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Date: June 12th 1915

June 12th. 1915.

My dearest Mother:

Your dear letter I have read and re-read and I know, dear, how brave you are to let me go, and I love you so for it. I have struggled hard to try and make myself believe that I could stay at home, but somehow I had a feeling that I could never look myself in the face again if I did, and I know from experience that the bitterest of all things to endure his self-accusation and the loss of self-esteem.

At times it has seemed to me that my whole previous 24 years of life have been more or less wasted or rather that having spent that long in preparing myself for one path in life and having for that time called for many sacrifices from you all to help me along, that it is almost selfish now suddenly to take to new paths which others could probably follow with greater ability than I. All I can do, dear, is to ask you to believe that I do not wish to be selfish. There comes a time I suppose when everyone must break away for themselves and make a decision of some kind or another, and I have had to make mine. And although it takes me from you for a while, yet everything I love and cherish remains with you and I pray that I shall some day before long come back to you all again.

I have written Fern a long letter about the voyage over which she will read to you. Just a sort of diary of the various interesting points which I thought you might like to hear. To-day, Saturday, we enter the danger zone and hope to be at our port by Sunday night if all is well, although the captain does not yet know where it is. He is steering to a point given him by the Admiralty where I presume we pick up an envoy about noon to-morrow. To-night we dash forward absolutely dark. Any man lighting a cigarette or match on deck gets put out of the way without much quibbling, according to special orders issued this morning. We carry out life belts wherever we go and wear our pistols at all times. At the first alarm of submarine in sight, into life belts and below decks to give the crew a perfectly free hand to manoeuvre out of danger. If we are struck, the alarm blows and all muster on deck, but we stick to the ship says the Captain till it is sinking under our feet.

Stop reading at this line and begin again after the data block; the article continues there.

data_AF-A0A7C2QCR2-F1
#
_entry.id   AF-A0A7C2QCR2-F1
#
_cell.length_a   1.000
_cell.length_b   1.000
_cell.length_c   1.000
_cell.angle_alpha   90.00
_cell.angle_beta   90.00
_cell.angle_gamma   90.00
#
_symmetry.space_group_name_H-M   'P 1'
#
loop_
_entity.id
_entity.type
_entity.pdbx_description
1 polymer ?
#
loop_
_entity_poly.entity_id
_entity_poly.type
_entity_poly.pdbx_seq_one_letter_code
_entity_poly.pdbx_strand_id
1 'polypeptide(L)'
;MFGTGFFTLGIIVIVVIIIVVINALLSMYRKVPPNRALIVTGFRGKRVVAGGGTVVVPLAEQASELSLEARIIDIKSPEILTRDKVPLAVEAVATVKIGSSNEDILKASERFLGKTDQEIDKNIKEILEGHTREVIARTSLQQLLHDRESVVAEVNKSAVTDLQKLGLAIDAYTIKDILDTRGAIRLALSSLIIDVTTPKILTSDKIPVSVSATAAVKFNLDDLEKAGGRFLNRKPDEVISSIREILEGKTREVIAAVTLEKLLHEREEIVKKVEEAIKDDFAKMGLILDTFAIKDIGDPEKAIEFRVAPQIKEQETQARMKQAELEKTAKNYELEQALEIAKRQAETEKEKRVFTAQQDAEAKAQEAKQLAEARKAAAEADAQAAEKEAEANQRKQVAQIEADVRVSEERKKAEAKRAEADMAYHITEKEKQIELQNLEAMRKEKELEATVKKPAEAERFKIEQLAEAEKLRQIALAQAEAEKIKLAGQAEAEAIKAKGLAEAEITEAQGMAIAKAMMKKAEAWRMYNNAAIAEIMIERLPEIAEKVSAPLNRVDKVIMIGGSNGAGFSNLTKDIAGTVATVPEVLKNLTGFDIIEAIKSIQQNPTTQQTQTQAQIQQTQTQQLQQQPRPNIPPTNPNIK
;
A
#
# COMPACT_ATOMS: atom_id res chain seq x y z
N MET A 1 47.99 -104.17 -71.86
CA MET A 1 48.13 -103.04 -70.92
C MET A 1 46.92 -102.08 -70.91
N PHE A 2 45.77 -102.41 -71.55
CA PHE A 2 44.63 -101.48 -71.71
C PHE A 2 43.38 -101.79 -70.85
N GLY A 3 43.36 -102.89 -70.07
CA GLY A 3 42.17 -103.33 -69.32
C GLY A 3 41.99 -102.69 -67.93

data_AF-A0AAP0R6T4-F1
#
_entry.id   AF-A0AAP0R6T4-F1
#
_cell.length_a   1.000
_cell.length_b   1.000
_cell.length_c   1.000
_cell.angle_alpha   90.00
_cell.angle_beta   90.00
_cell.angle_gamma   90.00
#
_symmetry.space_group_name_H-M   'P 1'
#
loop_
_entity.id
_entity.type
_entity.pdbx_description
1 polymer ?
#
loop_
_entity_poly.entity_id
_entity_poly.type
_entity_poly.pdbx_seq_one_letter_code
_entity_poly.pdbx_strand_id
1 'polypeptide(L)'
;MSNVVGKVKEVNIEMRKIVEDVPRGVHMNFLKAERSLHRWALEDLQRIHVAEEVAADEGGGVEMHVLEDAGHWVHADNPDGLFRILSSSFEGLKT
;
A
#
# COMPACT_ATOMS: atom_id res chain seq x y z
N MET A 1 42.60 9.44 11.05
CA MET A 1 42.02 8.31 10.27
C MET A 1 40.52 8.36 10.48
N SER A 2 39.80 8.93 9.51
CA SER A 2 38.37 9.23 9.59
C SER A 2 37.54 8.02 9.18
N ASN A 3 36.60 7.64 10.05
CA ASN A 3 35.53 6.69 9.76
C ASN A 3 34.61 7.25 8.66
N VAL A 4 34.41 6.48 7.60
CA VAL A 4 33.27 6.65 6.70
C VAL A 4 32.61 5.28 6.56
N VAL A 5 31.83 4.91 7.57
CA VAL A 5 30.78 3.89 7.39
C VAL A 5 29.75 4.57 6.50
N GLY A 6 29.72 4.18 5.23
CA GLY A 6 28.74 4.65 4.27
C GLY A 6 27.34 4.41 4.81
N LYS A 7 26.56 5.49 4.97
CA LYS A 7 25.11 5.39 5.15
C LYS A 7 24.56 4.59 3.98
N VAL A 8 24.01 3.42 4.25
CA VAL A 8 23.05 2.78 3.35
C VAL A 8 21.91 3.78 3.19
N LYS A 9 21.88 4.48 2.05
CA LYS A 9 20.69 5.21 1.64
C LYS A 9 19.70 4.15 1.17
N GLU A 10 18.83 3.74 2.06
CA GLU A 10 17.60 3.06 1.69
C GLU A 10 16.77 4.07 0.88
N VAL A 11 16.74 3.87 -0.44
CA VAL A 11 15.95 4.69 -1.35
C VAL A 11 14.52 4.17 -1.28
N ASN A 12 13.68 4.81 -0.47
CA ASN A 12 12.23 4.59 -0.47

If anything should happen, which is extremely unlikely, I shall try and send this letter in the boat that carries the Nurses, as it will no doubt get away safely and be free from gunfire on account of the Red Cross Flag it carries. However, you will know before you get this that we have arrived O. K.

My dearest love to Dad and the girls, and to you, Nennie Mother,

Original Scans

Original Scans